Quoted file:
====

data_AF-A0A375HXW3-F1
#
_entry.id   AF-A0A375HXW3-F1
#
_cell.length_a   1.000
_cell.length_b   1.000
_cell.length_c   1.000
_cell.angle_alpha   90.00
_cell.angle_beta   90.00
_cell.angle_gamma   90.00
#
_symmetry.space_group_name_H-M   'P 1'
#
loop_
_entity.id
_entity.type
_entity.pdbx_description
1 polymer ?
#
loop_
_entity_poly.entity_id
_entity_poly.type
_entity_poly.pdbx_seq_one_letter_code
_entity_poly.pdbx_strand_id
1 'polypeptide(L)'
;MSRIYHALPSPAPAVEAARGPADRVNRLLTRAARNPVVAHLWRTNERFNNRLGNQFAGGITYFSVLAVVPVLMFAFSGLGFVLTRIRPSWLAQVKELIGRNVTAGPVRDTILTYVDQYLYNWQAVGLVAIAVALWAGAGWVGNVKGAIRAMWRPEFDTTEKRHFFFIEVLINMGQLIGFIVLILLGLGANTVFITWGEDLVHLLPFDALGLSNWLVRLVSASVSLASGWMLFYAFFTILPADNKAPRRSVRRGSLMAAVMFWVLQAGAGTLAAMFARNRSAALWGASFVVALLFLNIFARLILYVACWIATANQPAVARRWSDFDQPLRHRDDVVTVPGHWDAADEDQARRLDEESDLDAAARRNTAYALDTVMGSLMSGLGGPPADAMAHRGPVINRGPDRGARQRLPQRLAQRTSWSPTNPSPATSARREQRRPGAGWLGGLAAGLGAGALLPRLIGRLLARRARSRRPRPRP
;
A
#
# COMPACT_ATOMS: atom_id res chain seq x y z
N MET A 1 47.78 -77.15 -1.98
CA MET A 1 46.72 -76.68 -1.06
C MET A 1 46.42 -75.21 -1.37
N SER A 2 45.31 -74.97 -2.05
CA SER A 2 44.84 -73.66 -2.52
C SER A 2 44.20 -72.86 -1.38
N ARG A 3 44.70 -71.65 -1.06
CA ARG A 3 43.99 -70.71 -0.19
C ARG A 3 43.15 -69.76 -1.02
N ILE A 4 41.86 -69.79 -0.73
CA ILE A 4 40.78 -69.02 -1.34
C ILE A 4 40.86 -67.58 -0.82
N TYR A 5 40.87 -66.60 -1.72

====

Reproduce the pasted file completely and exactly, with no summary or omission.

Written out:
data_AF-A0A375HXW3-F1
#
_entry.id   AF-A0A375HXW3-F1
#
_cell.length_a   1.000
_cell.length_b   1.000
_cell.length_c   1.000
_cell.angle_alpha   90.00
_cell.angle_beta   90.00
_cell.angle_gamma   90.00
#
_symmetry.space_group_name_H-M   'P 1'
#
loop_
_entity.id
_entity.type
_entity.pdbx_description
1 polymer ?
#
loop_
_entity_poly.entity_id
_entity_poly.type
_entity_poly.pdbx_seq_one_letter_code
_entity_poly.pdbx_strand_id
1 'polypeptide(L)'
;MSRIYHALPSPAPAVEAARGPADRVNRLLTRAARNPVVAHLWRTNERFNNRLGNQFAGGITYFSVLAVVPVLMFAFSGLGFVLTRIRPSWLAQVKELIGRNVTAGPVRDTILTYVDQYLYNWQAVGLVAIAVALWAGAGWVGNVKGAIRAMWRPEFDTTEKRHFFFIEVLINMGQLIGFIVLILLGLGANTVFITWGEDLVHLLPFDALGLSNWLVRLVSASVSLASGWMLFYAFFTILPADNKAPRRSVRRGSLMAAVMFWVLQAGAGTLAAMFARNRSAALWGASFVVALLFLNIFARLILYVACWIATANQPAVARRWSDFDQPLRHRDDVVTVPGHWDAADEDQARRLDEESDLDAAARRNTAYALDTVMGSLMSGLGGPPADAMAHRGPVINRGPDRGARQRLPQRLAQRTSWSPTNPSPATSARREQRRPGAGWLGGLAAGLGAGALLPRLIGRLLARRARSRRPRPRP
;
A
#
# COMPACT_ATOMS: atom_id res chain seq x y z
N MET A 1 47.78 -77.15 -1.98
CA MET A 1 46.72 -76.68 -1.06
C MET A 1 46.42 -75.21 -1.37
N SER A 2 45.31 -74.97 -2.05
CA SER A 2 44.84 -73.66 -2.52
C SER A 2 44.20 -72.86 -1.38
N ARG A 3 44.70 -71.65 -1.06
CA ARG A 3 43.99 -70.71 -0.19
C ARG A 3 43.15 -69.76 -1.02
N ILE A 4 41.86 -69.79 -0.73
CA ILE A 4 40.78 -69.02 -1.34
C ILE A 4 40.86 -67.58 -0.82
N TYR A 5 40.87 -66.60 -1.72